37.
Al-Majed AA, Al-Yahya AA, Al-Bekairi AM, Al-Shabanah OA, Qureshi S. Studies on the cytological and biochemical effects of valerian in somatic and germ cells of Swiss albino mice. Food Chem Toxicol 2006;44:1830-7.  Back to cited text no. 37
    
38.
Cass H. Herbs for the nervous system: Ginkgo, kava, valerian, passionflower. Semin Integr Med 2004;2:82-8.  Back to cited text no. 38
    
39.
Chen JH, Chao YH, Lu SF, Shiung TF, Chao YF. The effectiveness of valerian acupressure on the sleep of ICU patients: A randomized clinical trial. Int J Nurs Stud 2012;49:913-20.  Back to cited text no. 39
    
40.
Francis AJ, Dempster RJ. Effect of valerian, Valeriana edulis, on sleep difficulties in children with intellectual deficits: Randomised trial. Phytomedicine 2002;9:273-9.  Back to cited text no. 40
    
41.
Houghton PJ. The biological activity of Valerian and related plants. J Ethnopharmacol 1988;22:121-42.  Back to cited text no. 41
    
42.
Mirabi P, Dolatian M, Mojab F, Majd HA. Effects of valerian on the severity and systemic manifestations of dysmenorrhea. Int J Gynaecol Obstet 2011;115:285-8.  Back to cited text no. 42
    
43.
Bos R, Hendriks H, Scheffer JJ, Woerdenbag HJ. Cytotoxic potential of valerian constituents and valerian tinctures. Phytomedicine 1998;5:219-25.  Back to cited text no. 43
    
44.
Felgentreff F, Becker A, Meier B, Brattström A. Valerian extract characterized by high valerenic acid and low acetoxy valerenic acid contents demonstrates anxiolytic activity. Phytomedicine 2012;19:1216-22.  Back to cited text no. 44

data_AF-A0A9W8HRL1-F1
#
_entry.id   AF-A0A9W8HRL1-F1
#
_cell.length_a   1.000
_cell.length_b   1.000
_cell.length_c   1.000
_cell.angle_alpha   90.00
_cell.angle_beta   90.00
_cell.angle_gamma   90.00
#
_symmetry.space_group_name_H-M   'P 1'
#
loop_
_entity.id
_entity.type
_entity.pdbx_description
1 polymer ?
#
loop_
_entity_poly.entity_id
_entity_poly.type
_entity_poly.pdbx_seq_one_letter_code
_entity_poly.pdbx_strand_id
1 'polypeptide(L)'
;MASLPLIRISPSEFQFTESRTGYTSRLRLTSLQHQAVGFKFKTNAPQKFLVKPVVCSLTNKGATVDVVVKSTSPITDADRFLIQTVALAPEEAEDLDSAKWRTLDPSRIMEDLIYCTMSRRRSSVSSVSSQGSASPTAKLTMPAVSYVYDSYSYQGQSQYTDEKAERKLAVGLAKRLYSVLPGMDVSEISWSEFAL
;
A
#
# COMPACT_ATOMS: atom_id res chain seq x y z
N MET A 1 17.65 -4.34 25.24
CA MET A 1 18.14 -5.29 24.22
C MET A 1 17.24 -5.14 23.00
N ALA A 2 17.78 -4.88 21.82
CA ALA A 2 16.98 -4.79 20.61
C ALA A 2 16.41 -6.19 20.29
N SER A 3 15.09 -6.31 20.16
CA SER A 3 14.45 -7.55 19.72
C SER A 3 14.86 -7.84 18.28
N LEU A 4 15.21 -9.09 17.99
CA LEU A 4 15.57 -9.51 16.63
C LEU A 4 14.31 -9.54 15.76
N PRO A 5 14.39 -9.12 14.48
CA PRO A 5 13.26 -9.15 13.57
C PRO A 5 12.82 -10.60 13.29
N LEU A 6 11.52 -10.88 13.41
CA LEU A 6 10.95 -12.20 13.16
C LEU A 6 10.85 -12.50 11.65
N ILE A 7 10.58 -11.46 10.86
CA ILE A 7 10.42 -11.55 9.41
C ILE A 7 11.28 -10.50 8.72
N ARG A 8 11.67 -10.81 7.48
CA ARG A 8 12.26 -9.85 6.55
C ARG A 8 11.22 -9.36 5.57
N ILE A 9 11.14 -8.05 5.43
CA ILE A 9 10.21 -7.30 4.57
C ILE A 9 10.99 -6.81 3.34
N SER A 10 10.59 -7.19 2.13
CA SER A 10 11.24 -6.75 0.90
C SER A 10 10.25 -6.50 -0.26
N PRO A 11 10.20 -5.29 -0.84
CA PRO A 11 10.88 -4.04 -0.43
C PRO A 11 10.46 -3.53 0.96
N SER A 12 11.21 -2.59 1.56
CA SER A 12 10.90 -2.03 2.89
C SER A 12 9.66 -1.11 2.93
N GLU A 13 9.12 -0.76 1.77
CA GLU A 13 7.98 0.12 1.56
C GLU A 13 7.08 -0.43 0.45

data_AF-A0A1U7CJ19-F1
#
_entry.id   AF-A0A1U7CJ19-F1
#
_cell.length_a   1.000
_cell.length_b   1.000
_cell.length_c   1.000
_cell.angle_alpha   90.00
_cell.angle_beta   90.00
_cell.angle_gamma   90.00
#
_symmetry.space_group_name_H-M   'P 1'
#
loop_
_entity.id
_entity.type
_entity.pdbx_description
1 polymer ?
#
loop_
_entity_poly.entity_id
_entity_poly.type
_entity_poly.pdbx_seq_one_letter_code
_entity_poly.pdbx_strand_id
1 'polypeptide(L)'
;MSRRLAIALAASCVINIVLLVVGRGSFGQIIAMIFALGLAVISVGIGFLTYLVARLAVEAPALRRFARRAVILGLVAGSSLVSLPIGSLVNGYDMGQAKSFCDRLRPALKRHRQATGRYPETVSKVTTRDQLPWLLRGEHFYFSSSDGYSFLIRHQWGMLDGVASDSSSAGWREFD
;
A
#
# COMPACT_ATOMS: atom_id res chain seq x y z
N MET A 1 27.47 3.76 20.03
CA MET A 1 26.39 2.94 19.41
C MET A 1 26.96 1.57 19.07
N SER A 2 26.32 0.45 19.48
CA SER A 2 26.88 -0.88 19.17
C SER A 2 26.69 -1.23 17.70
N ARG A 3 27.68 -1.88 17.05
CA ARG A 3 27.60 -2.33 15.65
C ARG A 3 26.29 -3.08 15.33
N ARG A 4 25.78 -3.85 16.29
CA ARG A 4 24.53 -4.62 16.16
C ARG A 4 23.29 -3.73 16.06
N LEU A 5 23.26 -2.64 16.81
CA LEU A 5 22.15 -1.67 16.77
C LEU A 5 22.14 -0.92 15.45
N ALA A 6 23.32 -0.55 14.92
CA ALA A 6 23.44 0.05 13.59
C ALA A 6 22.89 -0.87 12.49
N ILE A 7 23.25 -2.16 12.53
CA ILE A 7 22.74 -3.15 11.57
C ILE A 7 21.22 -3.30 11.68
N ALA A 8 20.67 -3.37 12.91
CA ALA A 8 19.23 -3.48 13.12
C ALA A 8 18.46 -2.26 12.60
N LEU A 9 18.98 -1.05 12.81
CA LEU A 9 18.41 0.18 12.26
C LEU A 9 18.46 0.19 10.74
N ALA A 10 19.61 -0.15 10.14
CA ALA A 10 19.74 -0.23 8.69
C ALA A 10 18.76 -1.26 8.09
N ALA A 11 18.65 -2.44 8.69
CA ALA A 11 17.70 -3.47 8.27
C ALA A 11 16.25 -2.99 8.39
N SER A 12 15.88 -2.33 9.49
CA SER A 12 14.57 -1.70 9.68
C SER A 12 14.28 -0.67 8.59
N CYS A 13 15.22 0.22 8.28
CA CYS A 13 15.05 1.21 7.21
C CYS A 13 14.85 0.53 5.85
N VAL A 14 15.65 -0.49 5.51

45.
Jamison JR. Clinical guide to nutrition and dietary supplements in disease management. In: Jamison JR, editor. Clinical Guide to Nutrition and Dietary Supplements in Disease Management. Saint Louis: Churchill Livingstone; 2003. p. 673-5.  Back to cited text no. 45
    
46.
Hogg S. A review of the validity and variability of the elevated plus-maze as an animal model of anxiety. Pharmacol Biochem Behav 1996;54:21-30.  Back to cited text no. 46
    


    Figures

  [Figure 1], [Figure 2], [Figure 3], [Figure 4], [Figure 5], [Figure 6], [Figure 7], [Figure 8], [Figure 9]
 
 
    Tables

  [Table 1], [Table 2]



 

Top
   
 
  Search
 
    Similar in PUBMED
   Search Pubmed for
   Search in Google Scholar for
 Related articles
    Access Statistics
    Email Alert *
    Add to My List *
* Registration required (free)  

 
  In this article
    Abstract
   Introduction
    Materials and me...
   Results
   Discussion
   Conclusions
   Acknowledgment
    References
    Article Figures
    Article Tables

 Article Access Statistics
    Viewed2536    
    Printed26    
    Emailed0    
    PDF Downloaded15    
    Comments [Add]    

Recommend this journal